“Some measured risk is a crucial part of our development as we grow up. It is something to be sought out, rather than avoided.” — Levison Wood
It’s easy to understand the idea of “measured risk” through the context of whitewater kayaking. The sport of kayaking is defined by six classes of difficulty.
Classes I-II are the easiest rivers and require only a basic understanding of how to navigate it. As one progresses up the class system, the difficulty of navigating a river and its rapids increases.
Classes III-IV require knowledge of river behavior and a set of specialized skills to maneuver it safely. Class V breaches the realm of extremely difficult. It demands respect and a high level of experience from any boater attempting.
Class VI is considered unnavigable or unrunnable, that is until someone pushes the envelope beyond what was previously thought possible.
“Measured risk” is the ability to recognize difficulties and hazards and then weigh them against experience and specialized knowledge.
This ability allows one to make a calculated assessment of challenge and outcome.
Here at Rockmont, we offer our campers the opportunity to face the challenge of navigating rivers up to class III or IV.
The outcome is growth in leadership, self-confidence, and independence.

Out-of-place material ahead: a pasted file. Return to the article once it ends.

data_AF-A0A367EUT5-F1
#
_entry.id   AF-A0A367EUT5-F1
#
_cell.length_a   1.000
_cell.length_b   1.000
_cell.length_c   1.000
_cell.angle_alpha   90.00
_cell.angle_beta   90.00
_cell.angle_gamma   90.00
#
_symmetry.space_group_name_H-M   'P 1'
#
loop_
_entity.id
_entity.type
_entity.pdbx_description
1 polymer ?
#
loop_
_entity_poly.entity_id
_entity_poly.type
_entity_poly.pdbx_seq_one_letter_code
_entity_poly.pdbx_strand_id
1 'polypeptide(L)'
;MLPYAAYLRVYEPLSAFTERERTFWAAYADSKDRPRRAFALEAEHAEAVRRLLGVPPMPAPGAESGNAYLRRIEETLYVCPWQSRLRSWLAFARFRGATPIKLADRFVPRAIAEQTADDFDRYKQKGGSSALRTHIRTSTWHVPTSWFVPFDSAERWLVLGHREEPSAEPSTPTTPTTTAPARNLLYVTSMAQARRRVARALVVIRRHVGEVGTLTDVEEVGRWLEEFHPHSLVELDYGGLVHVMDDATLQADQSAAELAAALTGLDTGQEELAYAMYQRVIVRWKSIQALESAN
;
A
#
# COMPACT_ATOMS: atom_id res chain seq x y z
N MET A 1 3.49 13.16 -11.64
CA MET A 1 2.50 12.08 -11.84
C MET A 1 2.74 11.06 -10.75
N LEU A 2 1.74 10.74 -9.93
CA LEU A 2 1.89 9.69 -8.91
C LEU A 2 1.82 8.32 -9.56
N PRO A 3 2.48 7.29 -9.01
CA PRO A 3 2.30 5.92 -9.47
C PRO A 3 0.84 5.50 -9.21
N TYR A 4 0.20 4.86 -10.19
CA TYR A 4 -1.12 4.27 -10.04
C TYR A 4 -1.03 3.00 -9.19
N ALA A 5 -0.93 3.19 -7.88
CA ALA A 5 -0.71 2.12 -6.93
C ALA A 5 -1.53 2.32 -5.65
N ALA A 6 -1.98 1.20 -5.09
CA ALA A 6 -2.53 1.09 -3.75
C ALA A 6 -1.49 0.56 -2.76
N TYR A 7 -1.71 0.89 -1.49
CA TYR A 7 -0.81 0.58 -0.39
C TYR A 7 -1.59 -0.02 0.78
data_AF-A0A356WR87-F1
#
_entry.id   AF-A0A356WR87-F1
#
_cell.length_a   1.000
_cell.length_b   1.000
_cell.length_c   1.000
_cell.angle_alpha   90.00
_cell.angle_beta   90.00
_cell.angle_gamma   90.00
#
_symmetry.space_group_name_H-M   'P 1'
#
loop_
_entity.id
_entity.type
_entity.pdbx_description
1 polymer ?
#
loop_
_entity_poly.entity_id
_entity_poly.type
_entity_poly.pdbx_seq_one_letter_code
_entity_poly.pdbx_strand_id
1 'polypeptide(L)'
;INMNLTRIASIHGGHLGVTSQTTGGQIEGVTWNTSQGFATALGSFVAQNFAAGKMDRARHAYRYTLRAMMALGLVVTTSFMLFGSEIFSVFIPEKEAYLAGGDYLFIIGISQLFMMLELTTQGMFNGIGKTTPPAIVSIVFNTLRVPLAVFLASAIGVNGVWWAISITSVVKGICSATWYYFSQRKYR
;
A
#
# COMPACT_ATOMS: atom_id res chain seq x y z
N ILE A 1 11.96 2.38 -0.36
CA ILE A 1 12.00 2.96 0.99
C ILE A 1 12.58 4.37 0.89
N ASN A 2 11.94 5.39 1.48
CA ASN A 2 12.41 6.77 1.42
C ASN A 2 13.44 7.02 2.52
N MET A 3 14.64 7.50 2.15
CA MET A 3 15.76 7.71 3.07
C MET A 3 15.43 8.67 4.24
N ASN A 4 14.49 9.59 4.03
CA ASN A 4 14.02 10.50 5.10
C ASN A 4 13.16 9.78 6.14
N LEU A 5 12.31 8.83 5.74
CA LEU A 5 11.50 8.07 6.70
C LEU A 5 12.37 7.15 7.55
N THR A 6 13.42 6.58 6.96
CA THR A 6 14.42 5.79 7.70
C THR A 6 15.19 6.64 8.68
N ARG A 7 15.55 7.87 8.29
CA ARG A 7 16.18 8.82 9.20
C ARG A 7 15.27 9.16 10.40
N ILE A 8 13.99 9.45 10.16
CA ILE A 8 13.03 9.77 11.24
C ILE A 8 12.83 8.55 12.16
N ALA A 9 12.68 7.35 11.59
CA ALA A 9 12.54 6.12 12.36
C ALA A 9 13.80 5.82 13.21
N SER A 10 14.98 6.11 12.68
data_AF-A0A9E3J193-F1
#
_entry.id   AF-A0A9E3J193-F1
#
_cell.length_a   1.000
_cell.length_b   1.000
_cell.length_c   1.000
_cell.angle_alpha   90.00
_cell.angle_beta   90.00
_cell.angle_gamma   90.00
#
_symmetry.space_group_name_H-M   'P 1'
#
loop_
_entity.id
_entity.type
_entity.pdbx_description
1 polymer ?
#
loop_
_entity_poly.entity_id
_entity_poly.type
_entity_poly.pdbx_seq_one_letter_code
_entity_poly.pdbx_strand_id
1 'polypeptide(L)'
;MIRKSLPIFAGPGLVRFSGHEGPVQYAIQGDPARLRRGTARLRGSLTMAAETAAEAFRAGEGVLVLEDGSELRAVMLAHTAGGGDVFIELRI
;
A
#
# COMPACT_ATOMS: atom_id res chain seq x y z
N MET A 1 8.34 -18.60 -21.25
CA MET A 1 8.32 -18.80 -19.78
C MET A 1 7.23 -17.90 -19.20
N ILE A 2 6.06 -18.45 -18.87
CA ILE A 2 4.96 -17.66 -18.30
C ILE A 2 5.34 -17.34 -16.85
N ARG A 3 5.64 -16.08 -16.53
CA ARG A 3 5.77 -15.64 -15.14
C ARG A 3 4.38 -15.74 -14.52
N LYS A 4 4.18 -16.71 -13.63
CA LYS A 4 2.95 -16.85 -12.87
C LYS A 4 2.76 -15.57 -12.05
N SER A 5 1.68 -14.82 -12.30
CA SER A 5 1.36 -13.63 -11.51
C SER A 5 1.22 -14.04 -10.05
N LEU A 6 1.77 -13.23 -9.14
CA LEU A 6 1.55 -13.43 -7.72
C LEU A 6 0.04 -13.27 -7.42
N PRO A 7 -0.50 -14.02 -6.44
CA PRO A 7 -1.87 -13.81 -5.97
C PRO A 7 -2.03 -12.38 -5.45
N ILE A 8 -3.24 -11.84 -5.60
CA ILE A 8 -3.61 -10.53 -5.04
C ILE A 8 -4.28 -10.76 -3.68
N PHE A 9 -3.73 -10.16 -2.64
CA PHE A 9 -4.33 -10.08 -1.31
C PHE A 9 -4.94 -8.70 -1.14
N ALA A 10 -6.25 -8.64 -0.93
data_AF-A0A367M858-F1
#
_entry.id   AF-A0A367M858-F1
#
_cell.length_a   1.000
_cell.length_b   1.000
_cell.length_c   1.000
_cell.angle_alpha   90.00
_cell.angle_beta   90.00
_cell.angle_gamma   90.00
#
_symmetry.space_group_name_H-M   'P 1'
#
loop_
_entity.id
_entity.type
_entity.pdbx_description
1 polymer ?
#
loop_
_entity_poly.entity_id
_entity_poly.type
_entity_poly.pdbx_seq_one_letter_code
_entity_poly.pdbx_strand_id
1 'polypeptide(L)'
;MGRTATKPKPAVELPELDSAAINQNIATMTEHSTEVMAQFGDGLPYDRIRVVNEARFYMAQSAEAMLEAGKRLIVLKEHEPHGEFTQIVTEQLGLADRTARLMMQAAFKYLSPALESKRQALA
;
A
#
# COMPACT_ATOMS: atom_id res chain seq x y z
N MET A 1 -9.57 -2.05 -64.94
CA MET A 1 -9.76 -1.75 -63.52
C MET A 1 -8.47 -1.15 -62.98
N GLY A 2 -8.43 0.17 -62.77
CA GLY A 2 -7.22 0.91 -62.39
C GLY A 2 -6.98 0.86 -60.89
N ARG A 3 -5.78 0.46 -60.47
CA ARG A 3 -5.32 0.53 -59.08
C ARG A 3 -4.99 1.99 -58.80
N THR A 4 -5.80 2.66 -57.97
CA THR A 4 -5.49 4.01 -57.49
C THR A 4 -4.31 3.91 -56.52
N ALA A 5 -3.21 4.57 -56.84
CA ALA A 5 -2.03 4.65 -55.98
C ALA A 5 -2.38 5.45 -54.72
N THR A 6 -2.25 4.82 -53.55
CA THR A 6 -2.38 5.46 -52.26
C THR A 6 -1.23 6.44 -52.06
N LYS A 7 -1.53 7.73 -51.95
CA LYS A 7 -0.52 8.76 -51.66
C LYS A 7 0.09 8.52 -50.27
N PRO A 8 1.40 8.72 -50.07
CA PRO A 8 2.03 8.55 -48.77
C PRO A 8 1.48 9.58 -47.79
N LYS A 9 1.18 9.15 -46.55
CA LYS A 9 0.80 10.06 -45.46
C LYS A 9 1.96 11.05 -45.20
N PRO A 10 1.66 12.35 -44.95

Because safety is our No. 1 concern, we take all measures to make sure our campers are equipped with the skills and knowledge required to safely navigate the river.
Many of our Summit Campers took advantage of this opportunity to get on a river. Because their summer experience was four weeks, they could spend ample time in the lake working on the required skills.
The first trip they took was to a slow moving class II river.
Here, they tried out their skills in a real-world scenario and got tangible lessons on river safety. Throughout the trip, they worked on rolling a kayak in moving water, ferrying across the current, and reading rapids.
This experience laid the foundation for the campers to keep building upon.
With more time working in the lake, they were able to hone the skills needed to go on an overnight trip to the Tuckaseegee and French Broad Rivers.
Their ability and confidence progressed with each river they kayaked.
This past week, these campers went on their capstone trip to the Nantahala River and came back on fire for life.
In just a few weeks they were able to see themselves progress from Class I to IV. A river that initially looked scary, now, looked conquerable.
Their dedication to progression had equipped them with the ability to overcome challenges and navigate the river safely! What a gift that is for them and all the people they come across in their adventures to come!!
Assistant Camp Director